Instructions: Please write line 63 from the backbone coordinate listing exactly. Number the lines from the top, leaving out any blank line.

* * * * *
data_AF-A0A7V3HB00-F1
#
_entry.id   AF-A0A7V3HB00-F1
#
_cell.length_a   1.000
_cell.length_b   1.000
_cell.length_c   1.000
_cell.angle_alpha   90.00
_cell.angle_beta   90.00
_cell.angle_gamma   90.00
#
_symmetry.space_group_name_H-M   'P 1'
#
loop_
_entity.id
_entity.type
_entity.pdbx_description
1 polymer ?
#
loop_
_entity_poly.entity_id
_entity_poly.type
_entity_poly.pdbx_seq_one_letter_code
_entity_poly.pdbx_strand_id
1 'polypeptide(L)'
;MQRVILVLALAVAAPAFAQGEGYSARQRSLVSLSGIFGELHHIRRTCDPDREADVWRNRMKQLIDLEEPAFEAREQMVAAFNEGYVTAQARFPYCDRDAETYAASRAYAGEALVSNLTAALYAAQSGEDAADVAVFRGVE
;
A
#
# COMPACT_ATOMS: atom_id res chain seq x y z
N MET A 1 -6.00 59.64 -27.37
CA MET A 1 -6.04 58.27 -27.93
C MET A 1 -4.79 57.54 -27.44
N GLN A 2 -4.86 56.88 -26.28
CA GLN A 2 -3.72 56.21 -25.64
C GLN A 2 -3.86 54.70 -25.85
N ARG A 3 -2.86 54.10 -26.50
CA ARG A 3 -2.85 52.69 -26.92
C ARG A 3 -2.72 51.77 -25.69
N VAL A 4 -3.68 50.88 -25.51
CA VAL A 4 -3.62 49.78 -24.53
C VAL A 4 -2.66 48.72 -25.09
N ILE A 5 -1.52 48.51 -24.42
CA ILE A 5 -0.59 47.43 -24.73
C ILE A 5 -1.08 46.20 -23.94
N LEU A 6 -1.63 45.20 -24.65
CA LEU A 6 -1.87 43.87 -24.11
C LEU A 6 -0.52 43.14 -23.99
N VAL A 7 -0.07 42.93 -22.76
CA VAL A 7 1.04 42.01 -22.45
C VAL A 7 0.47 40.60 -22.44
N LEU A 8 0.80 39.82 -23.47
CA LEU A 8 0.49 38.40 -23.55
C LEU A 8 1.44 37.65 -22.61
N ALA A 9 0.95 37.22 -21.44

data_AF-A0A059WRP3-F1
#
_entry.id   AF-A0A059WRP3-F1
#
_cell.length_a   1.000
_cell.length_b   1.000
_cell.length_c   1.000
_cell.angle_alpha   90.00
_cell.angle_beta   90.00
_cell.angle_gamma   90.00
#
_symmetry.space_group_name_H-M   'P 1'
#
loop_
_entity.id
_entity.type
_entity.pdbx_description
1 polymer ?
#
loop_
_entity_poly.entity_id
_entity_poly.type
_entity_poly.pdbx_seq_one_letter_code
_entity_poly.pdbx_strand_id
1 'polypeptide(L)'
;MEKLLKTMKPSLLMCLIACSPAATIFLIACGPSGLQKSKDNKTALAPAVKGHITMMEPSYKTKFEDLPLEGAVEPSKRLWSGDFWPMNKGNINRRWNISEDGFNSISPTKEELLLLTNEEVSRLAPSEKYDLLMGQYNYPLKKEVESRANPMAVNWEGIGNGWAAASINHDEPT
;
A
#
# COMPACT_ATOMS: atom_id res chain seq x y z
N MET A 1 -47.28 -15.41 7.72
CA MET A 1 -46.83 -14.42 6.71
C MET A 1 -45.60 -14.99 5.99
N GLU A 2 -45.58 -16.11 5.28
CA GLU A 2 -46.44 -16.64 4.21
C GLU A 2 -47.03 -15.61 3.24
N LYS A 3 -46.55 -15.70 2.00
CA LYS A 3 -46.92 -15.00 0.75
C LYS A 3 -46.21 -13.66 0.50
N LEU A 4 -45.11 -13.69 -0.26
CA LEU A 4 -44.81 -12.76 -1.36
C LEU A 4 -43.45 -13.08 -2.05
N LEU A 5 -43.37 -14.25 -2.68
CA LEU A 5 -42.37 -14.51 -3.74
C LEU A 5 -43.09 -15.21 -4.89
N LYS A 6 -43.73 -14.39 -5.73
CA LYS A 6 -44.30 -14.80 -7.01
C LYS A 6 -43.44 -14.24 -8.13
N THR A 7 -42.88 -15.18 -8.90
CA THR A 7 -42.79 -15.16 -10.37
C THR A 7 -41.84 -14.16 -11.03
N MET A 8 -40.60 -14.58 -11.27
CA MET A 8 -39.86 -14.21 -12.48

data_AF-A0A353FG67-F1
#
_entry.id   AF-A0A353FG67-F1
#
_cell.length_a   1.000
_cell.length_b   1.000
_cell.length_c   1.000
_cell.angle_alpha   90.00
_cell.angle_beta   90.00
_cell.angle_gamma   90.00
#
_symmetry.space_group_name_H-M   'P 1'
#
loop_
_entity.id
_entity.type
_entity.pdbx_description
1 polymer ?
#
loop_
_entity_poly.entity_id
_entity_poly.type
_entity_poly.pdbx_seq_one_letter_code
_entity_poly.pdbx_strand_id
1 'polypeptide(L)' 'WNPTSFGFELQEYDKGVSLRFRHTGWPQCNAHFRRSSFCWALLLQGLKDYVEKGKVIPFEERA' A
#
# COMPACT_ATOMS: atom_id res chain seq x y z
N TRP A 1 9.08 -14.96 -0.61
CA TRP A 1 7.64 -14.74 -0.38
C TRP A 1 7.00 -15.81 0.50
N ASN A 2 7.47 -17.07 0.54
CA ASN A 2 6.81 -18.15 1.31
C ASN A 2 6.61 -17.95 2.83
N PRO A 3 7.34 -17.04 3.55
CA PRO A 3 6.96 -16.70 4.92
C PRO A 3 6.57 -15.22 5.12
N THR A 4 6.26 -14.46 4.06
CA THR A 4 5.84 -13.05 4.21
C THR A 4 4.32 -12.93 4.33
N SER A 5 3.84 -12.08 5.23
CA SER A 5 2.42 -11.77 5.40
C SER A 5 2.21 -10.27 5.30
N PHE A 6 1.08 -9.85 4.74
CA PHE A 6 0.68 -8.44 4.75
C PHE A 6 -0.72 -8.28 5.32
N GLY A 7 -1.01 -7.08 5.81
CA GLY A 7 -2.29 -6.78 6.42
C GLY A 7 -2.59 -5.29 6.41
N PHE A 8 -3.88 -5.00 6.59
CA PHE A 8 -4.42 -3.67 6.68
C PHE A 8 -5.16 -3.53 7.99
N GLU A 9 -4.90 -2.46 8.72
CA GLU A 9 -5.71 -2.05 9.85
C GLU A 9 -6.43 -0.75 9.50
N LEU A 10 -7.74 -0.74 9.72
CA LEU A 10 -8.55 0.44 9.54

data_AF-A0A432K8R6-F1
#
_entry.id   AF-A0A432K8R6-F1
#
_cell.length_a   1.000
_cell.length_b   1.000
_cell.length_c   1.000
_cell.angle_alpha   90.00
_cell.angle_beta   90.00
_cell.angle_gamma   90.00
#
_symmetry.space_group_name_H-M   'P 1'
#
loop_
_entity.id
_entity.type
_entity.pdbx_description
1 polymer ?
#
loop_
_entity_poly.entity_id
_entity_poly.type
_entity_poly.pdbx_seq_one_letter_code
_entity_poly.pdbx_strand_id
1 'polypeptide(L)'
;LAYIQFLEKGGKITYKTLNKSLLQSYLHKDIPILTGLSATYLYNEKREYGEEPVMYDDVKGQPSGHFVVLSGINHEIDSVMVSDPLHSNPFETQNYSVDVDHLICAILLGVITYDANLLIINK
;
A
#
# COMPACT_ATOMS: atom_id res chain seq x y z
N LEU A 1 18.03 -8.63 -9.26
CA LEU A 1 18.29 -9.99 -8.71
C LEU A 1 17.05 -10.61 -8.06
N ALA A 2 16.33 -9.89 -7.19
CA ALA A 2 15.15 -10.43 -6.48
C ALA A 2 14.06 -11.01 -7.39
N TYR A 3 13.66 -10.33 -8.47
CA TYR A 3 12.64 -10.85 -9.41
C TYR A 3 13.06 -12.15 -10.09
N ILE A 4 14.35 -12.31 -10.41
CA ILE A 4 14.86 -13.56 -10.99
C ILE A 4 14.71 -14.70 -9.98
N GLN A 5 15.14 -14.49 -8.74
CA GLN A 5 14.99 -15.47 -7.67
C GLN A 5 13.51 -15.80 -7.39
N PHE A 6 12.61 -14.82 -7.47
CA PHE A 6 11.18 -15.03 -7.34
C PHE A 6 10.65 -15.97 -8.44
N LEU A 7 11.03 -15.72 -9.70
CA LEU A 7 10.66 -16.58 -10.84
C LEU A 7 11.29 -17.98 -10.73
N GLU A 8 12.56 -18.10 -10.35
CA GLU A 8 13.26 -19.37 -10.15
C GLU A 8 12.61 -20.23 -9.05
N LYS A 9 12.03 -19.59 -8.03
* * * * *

_cell.angle_alpha   90.00